- Rocky Mountains Bristlecone Pine
name = Rocky Mountains Bristlecone Pine
status = LR/nt | status_system = IUCN2.3
image_width = 240px
classis = Pinopsida
genus = "Pinus"
subgenus = "Ducampopinus"
species = "P. aristata"
binomial = "Pinus aristata"
binomial_authority = Engelm.
Rocky Mountains Bristlecone Pine ("Pinus aristata") is a
pinein the bristlecone pinegroup, native to the United States, where it occurs in the Rocky Mountainsin Coloradoand northern New Mexico, with an isolated population in the San Francisco Peaksin Arizona. It occurs at very high altitudes, from 2500-3700 m, in cold, dry subalpine climate conditions, often at the tree line, although it also forms extensive closed-canopy stands at somewhat lower elevations.
It is a medium-size
tree, reaching 5-15 m tall and with a trunk diameter of up to 1.5 m. The bark is grey-brown, thin and scaly at the base of the trunk. The leaves ('needles') are in fascicles of five, stout, 2.5-4 cm long, deep green to blue-green on the outer face, with stomataconfined to a bright white band on the inner surfaces. The cones are ovoid-cylindrical, 5-10 cm long and 3-4 cm broad when closed, purple at first, ripening yellow-buff when 16 months old, with numerous thin, fragile scales, each scale with a bristle-like spine 4-8 mm long. The cones open to 4-6 cm broad when mature, releasing the seeds immediately after opening. The seeds are 5 mm long, with a 10-20 mm wing; they are mostly dispersed by the wind, but some are also dispersed by Clark's Nutcrackers, which pluck the seeds out of the opening cones. The nutcrackers use the seeds as a food resource, storing many for later use, and some of these stored seeds are not used and are able to grow into new plants.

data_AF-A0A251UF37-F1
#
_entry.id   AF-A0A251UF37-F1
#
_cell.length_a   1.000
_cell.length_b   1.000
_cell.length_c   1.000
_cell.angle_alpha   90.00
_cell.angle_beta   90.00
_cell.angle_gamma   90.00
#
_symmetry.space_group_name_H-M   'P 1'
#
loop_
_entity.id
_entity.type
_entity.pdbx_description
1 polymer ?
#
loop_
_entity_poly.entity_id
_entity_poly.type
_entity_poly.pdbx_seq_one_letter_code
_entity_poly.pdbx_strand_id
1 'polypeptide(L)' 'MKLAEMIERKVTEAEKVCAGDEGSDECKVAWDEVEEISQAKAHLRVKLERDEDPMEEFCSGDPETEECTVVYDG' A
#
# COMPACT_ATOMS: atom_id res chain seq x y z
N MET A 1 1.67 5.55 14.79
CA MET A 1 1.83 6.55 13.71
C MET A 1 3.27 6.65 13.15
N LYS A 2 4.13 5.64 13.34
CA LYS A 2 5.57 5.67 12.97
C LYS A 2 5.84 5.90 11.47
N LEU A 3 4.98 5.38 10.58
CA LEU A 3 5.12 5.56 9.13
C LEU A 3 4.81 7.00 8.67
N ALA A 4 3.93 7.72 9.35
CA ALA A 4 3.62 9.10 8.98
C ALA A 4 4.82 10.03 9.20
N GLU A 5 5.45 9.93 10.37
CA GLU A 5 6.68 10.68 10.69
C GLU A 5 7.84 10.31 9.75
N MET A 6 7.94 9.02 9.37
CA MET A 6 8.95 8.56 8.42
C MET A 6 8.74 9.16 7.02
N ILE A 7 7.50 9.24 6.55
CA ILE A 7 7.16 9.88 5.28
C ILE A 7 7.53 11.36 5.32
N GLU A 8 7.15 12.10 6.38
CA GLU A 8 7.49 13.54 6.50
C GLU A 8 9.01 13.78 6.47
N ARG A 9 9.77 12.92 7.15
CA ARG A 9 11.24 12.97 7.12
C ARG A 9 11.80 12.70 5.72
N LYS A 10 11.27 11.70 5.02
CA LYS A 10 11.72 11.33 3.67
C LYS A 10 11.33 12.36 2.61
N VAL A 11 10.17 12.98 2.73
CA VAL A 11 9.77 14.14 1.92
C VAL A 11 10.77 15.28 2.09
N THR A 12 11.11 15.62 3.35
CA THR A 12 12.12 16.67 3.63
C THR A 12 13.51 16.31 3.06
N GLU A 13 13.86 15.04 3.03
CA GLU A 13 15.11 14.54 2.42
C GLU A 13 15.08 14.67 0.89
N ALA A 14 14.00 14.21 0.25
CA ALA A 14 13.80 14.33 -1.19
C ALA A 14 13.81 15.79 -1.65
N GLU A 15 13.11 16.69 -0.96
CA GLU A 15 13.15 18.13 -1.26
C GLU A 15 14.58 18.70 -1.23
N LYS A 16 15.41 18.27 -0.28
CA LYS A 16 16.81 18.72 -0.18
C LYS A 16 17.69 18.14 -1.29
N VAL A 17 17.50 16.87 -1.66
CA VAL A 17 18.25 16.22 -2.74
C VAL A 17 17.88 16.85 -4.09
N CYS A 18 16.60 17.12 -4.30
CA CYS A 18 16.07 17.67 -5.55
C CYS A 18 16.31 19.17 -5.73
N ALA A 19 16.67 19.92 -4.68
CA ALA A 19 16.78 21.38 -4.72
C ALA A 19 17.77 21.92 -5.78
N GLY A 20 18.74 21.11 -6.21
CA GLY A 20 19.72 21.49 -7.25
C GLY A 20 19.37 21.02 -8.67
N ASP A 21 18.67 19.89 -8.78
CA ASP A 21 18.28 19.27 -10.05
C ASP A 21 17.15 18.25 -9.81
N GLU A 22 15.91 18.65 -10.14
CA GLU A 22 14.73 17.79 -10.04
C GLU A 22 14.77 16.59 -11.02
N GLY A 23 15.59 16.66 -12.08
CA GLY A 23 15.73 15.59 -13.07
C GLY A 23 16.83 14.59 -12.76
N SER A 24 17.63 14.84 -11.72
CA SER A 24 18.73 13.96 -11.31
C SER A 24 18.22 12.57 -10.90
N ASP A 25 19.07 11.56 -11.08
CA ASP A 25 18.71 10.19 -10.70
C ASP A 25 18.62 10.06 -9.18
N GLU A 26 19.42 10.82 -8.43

It differs most conspicuously from the two other bristlecone pine species in that the needles usually have only one, (only rarely two) resin canals, and these are commonly interrupted and broken, leading to highly characteristic small white resin flecks appearing on the needles. This character, which looks a bit like '
dandruff' on the needles, is diagnostic of "Pinus aristata"; no other pine shows it (though sometimes, scale insectinfestations can look superficially similar).
It is a long-lived tree, though not attaining the longevity of
Great Basin Bristlecone Pine("Pinus longaeva"). The oldest known tree, which grows high on Mount Evans in Colorado, was found to have at 2,435-year tree ring record. However, trees rarely live over 1,500 years.
Rocky Mountains Bristlecone Pine is by far the most common of the bristlecone pines in cultivation, where it is a very attractive slow-growing small tree suitable for small
gardens in cold climates. Even so, it is never as long-lived as in the wild, typically living less than 100 years before it succumbs to root decay in the warmer, moister conditions prevalent in most inhabited places.
References and external links
* [http://www.conifers.org/pi/pin/aristata.htm Gymnosperm Database: "Pinus aristata"]
* [http://www.efloras.org/florataxon.aspx?flora_id=1&taxon_id=233500922 Flora of North America: "Pinus aristata"]
* [http://www.pinetum.org/cones/PNDucampopinus.htm Photo of cone (scroll to bottom of page)]
* [http://plants.usda.gov/java/profile?symbol=PIAR USDA Plants Profile: "Pinus aristata"]
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